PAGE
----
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A: There are those who suspect Wildflower Center volunteers are the culpable and capable culprits. Yet, others think staff members play some, albeit small, role. You can torture us with your plant questions, but we will never reveal the Green Guru's secret identity.

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Ask Mr. Smarty Plants is a free service provided by the staff and volunteers at the Lady Bird Johnson Wildflower Center.

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Wednesday - November 04, 2009

From: Round Rock, TX
Region: Southwest
Topic: Shrubs
Title: How can I distinguish between Wax Myrtle and Dwarf Wax Myrtle?
Answered by: Joe Marcus

QUESTION:

I need help identifying between a southern wax myrtle and a dwarf wax myrtle. I am after the bigger type and think my landscaper accidentally put in dwarves. How can I tell? I had 8 put in and their leaves are different, some serrate, some smooth, some narrower with no serrate while others are wider with serration.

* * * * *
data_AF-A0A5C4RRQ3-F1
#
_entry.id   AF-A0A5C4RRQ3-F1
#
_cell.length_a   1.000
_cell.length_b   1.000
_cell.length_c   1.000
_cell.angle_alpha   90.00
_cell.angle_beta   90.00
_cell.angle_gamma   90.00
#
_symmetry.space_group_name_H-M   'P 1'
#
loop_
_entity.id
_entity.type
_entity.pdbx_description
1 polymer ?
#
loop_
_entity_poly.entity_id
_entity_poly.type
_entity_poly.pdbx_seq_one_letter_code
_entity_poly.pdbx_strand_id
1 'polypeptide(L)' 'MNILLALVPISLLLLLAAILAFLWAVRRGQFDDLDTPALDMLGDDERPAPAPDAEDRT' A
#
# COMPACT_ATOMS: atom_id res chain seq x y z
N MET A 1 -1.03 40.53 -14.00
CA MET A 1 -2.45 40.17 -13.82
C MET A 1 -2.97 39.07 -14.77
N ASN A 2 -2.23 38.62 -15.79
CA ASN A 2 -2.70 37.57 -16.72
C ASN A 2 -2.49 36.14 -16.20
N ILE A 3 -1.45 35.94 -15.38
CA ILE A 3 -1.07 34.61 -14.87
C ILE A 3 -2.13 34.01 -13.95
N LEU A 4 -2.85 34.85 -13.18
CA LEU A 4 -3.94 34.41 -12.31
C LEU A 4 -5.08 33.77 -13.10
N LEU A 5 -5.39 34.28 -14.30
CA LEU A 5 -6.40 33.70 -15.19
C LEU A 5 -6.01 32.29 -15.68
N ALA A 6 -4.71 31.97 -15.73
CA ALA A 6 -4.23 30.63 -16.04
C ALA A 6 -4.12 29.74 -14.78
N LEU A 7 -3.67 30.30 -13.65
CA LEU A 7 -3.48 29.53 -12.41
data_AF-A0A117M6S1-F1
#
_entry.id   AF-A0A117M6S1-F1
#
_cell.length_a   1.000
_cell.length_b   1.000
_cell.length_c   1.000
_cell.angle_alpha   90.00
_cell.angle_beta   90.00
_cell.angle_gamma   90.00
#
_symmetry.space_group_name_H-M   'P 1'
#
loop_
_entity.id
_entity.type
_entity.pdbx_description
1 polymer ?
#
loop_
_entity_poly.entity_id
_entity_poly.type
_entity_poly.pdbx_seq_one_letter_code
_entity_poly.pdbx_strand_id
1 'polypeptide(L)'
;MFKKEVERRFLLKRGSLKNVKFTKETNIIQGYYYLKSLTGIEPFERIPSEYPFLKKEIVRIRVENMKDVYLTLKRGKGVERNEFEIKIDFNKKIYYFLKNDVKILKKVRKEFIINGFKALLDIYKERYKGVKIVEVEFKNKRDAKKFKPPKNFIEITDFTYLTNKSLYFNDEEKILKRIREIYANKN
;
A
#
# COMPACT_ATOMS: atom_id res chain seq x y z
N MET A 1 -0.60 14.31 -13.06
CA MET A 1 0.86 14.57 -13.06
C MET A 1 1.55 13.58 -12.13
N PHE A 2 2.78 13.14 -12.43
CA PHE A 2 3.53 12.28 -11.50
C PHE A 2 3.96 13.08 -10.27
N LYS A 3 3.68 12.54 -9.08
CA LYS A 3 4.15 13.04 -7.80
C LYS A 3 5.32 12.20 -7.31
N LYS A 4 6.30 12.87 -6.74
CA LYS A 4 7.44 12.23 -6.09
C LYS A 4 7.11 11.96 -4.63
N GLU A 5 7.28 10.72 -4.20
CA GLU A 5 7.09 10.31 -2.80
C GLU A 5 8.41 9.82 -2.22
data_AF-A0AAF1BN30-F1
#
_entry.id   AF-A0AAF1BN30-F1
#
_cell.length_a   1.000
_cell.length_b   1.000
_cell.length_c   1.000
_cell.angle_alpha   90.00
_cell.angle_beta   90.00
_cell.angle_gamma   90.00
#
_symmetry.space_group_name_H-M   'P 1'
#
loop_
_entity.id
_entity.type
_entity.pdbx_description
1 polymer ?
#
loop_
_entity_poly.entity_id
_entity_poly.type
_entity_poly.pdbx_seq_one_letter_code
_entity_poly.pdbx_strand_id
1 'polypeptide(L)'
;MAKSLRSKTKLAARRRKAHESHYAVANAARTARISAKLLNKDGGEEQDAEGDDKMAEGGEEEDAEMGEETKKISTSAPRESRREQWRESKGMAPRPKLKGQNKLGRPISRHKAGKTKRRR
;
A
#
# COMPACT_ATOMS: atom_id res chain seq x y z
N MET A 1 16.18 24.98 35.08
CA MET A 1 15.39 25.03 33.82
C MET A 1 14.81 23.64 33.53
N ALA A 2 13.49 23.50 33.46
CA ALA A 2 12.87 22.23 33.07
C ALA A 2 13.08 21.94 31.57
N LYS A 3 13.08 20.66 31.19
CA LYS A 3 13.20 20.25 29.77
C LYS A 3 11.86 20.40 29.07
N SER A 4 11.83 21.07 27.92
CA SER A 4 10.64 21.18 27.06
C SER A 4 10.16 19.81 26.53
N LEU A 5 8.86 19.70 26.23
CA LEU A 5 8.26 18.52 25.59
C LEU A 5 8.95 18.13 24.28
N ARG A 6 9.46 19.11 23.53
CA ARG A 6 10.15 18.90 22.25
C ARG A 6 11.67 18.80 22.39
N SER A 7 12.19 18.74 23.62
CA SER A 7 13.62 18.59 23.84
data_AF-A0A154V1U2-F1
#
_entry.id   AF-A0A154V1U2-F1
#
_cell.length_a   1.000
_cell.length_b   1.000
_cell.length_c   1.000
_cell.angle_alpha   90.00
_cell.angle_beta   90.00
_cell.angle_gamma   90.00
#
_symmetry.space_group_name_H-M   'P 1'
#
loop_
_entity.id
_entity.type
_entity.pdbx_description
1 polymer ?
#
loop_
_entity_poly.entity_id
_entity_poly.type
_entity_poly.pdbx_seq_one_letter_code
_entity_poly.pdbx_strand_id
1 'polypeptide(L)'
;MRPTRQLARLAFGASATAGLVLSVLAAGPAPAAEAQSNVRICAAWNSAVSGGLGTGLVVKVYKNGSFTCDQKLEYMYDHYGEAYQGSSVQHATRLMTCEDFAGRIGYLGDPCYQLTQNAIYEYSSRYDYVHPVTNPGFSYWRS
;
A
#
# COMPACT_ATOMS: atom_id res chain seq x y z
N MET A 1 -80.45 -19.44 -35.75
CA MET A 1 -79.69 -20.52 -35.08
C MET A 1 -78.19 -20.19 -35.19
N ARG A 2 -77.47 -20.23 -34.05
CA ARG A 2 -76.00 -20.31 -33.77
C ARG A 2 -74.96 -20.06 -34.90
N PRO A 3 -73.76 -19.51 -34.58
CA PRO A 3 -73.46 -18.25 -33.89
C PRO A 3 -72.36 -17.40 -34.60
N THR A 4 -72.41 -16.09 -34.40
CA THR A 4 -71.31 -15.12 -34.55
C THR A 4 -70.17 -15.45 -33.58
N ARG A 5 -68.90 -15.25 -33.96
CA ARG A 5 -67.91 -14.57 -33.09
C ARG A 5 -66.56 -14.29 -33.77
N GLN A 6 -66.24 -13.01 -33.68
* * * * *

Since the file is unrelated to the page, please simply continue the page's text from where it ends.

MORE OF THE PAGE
ANSWER:

In the past, some botanical authorities considered Dwarf Wax Myrtle to be a botanical variety of Morella cerifera (wax myrtle) or Southern Wax Myrtle.  However, in recent years most botanists have come to realize that plants commonly called Dwarf Wax Myrtle are, in varying degrees, simply dwarf forms of Morella cerifera.  Many shrubby plant species tend to produce a wide range of plant sizes and growth habits.

Leaf serration and other visible characteristics are not always reliable indicators of form or ultimate size, but in general, the smaller the leaf, the smaller the plant tends to be.

Realizing this may not be a viable solution for you, the best way to ensure all plants are essentially the same is to asexually propagate one that has the desired characteristics.  For Wax Myrtle, propagation by cuttings or one of the methods of propagation by layering would be preferred.

 

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